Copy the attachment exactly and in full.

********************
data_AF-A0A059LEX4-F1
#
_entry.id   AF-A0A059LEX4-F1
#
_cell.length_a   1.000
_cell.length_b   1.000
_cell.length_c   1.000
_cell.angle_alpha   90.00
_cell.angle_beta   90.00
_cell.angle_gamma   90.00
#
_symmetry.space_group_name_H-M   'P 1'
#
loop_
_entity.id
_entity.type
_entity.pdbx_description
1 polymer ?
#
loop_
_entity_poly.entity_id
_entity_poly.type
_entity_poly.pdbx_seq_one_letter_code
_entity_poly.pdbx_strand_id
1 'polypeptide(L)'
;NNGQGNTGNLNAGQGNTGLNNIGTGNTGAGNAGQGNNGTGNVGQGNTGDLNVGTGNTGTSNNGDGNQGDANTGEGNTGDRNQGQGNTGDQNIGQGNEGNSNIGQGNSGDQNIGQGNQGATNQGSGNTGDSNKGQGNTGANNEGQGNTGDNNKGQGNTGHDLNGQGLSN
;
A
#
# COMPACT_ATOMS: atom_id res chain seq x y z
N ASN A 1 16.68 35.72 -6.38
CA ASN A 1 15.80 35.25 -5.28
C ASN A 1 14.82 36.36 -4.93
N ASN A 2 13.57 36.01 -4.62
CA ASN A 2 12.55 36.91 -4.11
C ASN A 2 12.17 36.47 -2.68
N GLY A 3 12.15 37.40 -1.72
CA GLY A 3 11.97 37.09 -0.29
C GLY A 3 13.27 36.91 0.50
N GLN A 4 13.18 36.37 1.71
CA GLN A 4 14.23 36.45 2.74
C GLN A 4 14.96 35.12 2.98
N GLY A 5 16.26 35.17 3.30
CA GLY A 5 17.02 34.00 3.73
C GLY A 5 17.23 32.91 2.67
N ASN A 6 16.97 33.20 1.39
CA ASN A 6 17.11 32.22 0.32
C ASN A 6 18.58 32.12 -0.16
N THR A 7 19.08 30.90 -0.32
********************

data_AF-A0A059LEX4-F1
#
_entry.id   AF-A0A059LEX4-F1
#
_cell.length_a   1.000
_cell.length_b   1.000
_cell.length_c   1.000
_cell.angle_alpha   90.00
_cell.angle_beta   90.00
_cell.angle_gamma   90.00
#
_symmetry.space_group_name_H-M   'P 1'
#
loop_
_entity.id
_entity.type
_entity.pdbx_description
1 polymer ?
#
loop_
_entity_poly.entity_id
_entity_poly.type
_entity_poly.pdbx_seq_one_letter_code
_entity_poly.pdbx_strand_id
1 'polypeptide(L)'
;NNGQGNTGNLNAGQGNTGLNNIGTGNTGAGNAGQGNNGTGNVGQGNTGDLNVGTGNTGTSNNGDGNQGDANTGEGNTGDRNQGQGNTGDQNIGQGNEGNSNIGQGNSGDQNIGQGNQGATNQGSGNTGDSNKGQGNTGANNEGQGNTGDNNKGQGNTGHDLNGQGLSN
;
A
#
# COMPACT_ATOMS: atom_id res chain seq x y z
N ASN A 1 16.68 35.72 -6.38
CA ASN A 1 15.80 35.25 -5.28
C ASN A 1 14.82 36.36 -4.93
N ASN A 2 13.57 36.01 -4.62
CA ASN A 2 12.55 36.91 -4.11
C ASN A 2 12.17 36.47 -2.68
N GLY A 3 12.15 37.40 -1.72
CA GLY A 3 11.97 37.09 -0.29
C GLY A 3 13.27 36.91 0.50
N GLN A 4 13.18 36.37 1.71
CA GLN A 4 14.23 36.45 2.74
C GLN A 4 14.96 35.12 2.98
N GLY A 5 16.26 35.17 3.30
CA GLY A 5 17.02 34.00 3.73
C GLY A 5 17.23 32.91 2.67
N ASN A 6 16.97 33.20 1.39
CA ASN A 6 17.11 32.22 0.32
C ASN A 6 18.58 32.12 -0.16
N THR A 7 19.08 30.90 -0.32